gms | German Medical Science

66th Annual Meeting of the German Society of Neurosurgery (DGNC)
Friendship Meeting with the Italian Society of Neurosurgery (SINch)

German Society of Neurosurgery (DGNC)

7 - 10 June 2015, Karlsruhe

The aim of Six Sigma zero-defect quality in deep brain stimulation surgery

Meeting Abstract

  • Witold Polanski - Klinik und Poliklinik für Neurochirurgie, Universitätsklinikum Dresden
  • K. Daniel Martin - Klinik und Poliklinik für Neurochirurgie, Universitätsklinikum Dresden
  • Gabriele Schackert - Klinik und Poliklinik für Neurochirurgie, Universitätsklinikum Dresden
  • Stephan B. Sobottka - Klinik und Poliklinik für Neurochirurgie, Universitätsklinikum Dresden

Deutsche Gesellschaft für Neurochirurgie. 66. Jahrestagung der Deutschen Gesellschaft für Neurochirurgie (DGNC). Karlsruhe, 07.-10.06.2015. Düsseldorf: German Medical Science GMS Publishing House; 2015. DocP 102

doi: 10.3205/15dgnc500, urn:nbn:de:0183-15dgnc5004

Published: June 2, 2015

© 2015 Polanski et al.
This is an Open Access article distributed under the terms of the Creative Commons Attribution 4.0 License. See license information at



Objective: The Six Sigma principle is a widespread management tool to reach a practicable zero error quality in complex processes. It uses strategies, which are based on quantitative measurements with the aim to optimize processes and to eliminate errors or quality problems. Especially, the electrode positioning in deep brain stimulation (DBS) with its essential precision and its various factors for imprecision seems to be suitable for such a quality analysis. Therefore, we applied the Six Sigma method for the first time for quality assessment in DBS.

Method: First, the medical process from the planning MRI to the postoperative control by a stereotactic CT and possible errors were registered. Then, six quality indicators and their acceptable boundaries (operation time (<240min.), lead deviation (<2mm), reduction in UPDRS III (>35%), reduction in levodopa equivalence doses (LED) (>20%), stimulation amplitude (<3.5V) after 1 year, occurrence of bleeding) were defined and measured in 10 surgeries. Out of this, the sigma values were calculated. Further, the surgical process was optimized and the measurement with the analysis was repeated. Thus, possible improvements due to the modified surgical process could be identified.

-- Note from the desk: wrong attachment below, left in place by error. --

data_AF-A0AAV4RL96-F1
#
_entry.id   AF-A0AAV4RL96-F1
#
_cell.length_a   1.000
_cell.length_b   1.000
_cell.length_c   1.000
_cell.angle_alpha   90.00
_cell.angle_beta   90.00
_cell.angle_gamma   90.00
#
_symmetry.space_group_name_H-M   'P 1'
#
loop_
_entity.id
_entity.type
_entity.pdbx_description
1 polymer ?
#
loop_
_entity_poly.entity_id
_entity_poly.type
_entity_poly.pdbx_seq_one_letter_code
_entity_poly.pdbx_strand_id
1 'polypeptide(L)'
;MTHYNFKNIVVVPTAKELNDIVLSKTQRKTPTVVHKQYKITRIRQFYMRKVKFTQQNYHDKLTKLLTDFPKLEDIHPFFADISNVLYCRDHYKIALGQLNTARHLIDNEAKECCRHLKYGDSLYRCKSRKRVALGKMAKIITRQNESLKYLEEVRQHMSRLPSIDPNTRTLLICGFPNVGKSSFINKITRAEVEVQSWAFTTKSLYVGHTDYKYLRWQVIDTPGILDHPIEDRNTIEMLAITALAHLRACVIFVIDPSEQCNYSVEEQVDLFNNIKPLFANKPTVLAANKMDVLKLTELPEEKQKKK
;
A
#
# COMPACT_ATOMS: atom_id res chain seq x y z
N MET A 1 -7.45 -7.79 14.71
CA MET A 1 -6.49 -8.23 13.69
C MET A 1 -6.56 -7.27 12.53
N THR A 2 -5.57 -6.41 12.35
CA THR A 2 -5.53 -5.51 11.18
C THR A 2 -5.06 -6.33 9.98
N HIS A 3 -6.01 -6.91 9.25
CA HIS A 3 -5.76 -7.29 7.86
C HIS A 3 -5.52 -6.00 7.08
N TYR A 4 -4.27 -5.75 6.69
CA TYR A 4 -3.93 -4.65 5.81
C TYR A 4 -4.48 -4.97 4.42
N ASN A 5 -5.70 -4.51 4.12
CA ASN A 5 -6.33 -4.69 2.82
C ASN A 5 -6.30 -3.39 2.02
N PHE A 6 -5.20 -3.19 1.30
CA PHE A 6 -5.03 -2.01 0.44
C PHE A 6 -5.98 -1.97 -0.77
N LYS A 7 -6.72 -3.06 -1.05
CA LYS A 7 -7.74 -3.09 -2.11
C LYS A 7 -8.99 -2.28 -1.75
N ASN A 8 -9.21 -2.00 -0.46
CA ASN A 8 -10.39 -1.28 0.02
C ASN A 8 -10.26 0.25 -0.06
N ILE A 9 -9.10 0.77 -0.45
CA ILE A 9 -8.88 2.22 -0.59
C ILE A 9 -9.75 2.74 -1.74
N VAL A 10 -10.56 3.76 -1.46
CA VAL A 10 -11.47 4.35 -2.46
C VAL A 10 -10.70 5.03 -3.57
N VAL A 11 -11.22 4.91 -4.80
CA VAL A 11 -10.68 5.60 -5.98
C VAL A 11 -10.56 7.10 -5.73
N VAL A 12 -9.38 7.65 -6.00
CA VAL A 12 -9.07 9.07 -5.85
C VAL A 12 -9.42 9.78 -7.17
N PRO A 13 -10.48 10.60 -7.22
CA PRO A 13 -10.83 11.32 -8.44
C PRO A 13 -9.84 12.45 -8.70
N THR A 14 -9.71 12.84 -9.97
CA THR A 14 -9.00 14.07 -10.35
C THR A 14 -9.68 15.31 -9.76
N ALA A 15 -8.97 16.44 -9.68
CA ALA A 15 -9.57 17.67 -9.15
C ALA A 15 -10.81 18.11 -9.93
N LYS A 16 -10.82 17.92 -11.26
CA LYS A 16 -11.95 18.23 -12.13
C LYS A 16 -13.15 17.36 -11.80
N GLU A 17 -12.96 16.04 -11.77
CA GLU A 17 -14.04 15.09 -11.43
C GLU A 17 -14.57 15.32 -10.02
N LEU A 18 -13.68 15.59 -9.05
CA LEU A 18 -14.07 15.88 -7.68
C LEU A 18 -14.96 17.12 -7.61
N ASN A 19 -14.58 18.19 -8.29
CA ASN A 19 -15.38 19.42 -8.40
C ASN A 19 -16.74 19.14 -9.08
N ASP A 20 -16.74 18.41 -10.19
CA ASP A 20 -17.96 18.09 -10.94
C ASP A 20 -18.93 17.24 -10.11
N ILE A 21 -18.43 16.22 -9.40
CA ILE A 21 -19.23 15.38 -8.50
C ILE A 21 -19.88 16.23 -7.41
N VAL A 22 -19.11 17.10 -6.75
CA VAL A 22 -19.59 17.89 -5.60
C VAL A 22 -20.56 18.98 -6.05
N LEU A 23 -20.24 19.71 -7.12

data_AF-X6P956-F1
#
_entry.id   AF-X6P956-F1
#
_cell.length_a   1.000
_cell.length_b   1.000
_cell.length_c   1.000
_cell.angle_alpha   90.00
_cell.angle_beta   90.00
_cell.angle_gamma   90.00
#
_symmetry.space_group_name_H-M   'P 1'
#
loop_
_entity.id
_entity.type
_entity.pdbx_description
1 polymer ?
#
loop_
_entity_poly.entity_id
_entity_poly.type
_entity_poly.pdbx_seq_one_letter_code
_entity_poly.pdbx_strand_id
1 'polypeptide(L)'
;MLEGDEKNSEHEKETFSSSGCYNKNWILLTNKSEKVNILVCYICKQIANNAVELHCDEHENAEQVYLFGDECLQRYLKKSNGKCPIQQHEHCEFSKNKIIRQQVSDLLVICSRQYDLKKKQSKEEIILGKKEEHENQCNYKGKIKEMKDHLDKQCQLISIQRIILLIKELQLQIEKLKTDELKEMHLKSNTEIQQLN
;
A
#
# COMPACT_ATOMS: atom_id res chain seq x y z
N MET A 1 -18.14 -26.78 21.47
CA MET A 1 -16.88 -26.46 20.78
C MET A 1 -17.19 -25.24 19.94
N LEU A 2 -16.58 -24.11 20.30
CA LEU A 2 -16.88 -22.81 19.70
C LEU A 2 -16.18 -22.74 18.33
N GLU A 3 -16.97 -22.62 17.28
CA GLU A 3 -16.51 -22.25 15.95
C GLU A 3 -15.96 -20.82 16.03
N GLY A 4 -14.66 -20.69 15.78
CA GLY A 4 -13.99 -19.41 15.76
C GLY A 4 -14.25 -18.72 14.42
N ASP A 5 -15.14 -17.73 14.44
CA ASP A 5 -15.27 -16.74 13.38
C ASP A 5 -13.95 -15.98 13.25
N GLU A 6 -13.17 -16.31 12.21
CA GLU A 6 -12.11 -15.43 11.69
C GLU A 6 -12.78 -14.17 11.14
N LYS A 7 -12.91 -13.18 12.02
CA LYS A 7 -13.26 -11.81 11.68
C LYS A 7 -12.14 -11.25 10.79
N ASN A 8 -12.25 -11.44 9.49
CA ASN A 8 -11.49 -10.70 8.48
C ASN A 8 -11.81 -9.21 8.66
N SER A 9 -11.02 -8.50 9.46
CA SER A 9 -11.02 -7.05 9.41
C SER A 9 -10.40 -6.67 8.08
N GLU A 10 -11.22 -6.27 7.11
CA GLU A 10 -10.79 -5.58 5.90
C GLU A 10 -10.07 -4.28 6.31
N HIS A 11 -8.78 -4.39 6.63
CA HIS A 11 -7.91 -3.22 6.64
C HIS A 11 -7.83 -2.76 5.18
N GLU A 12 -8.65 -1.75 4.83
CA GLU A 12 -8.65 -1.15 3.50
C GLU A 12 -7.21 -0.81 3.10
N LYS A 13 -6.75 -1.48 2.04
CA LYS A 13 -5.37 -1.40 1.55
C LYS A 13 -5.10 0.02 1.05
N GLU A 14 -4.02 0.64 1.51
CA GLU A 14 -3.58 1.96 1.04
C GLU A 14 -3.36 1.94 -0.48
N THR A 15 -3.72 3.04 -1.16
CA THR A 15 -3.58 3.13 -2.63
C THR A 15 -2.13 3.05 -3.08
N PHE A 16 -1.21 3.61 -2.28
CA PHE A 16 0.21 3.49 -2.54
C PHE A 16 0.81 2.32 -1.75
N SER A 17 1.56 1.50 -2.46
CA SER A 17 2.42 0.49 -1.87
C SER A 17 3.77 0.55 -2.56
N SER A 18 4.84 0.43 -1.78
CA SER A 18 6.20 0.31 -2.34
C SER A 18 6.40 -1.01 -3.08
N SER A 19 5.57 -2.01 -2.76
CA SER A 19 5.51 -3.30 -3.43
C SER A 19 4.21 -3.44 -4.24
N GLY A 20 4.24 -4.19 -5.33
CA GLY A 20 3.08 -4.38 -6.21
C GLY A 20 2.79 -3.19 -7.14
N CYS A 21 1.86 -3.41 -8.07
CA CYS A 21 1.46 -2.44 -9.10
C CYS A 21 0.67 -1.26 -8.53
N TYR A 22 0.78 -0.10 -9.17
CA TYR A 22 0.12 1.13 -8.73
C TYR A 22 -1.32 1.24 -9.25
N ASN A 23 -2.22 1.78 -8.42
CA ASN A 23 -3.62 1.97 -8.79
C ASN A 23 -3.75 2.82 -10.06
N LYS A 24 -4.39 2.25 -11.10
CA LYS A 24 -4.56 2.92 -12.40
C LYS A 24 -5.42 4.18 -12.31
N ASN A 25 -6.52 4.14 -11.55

Results: The median operation time could be reduced from 255min to 221min with a sigma value from 0.49 to 0.75. The reduction of the UPDRS III (median: 29.66%) and the LED (median: 28.31%) were calculated with a sigma value of 0.96 and 0.18 and improved to 1.27 and 0.98 with a median reduction of 52% for the UPDRS III and 57% for the LED. The needed amplitude of the stimulation (median: 3.05V) could be also reduced to 2.5V, which corresponded to a sigma value improvement from 0.48 to 1.82. There were no bleedings before and after the process optimization resulting in a sigma value of close to 6. However, the small patient number needs to be taken into account. Finally, the lead deviation (median 1.44mm) revealed a sigma value of 1.02 and could be improved to 3.33 (median 0.9mm). Exemplarily, this value means a failure probability of 0.15% or 35913 defects per million opportunities.

Conclusions: Unfortunately, the industrial standard of a sigma value of 3.8 could not be reached due to the strict self-imposed boundaries. But our study shows that the Six Sigma principle is a suitable quality tool to analyze and improve lead positioning in DBS surgery. Particularly, it is a simple method to monitor the impact of perioperative changes for the patients’ outcome.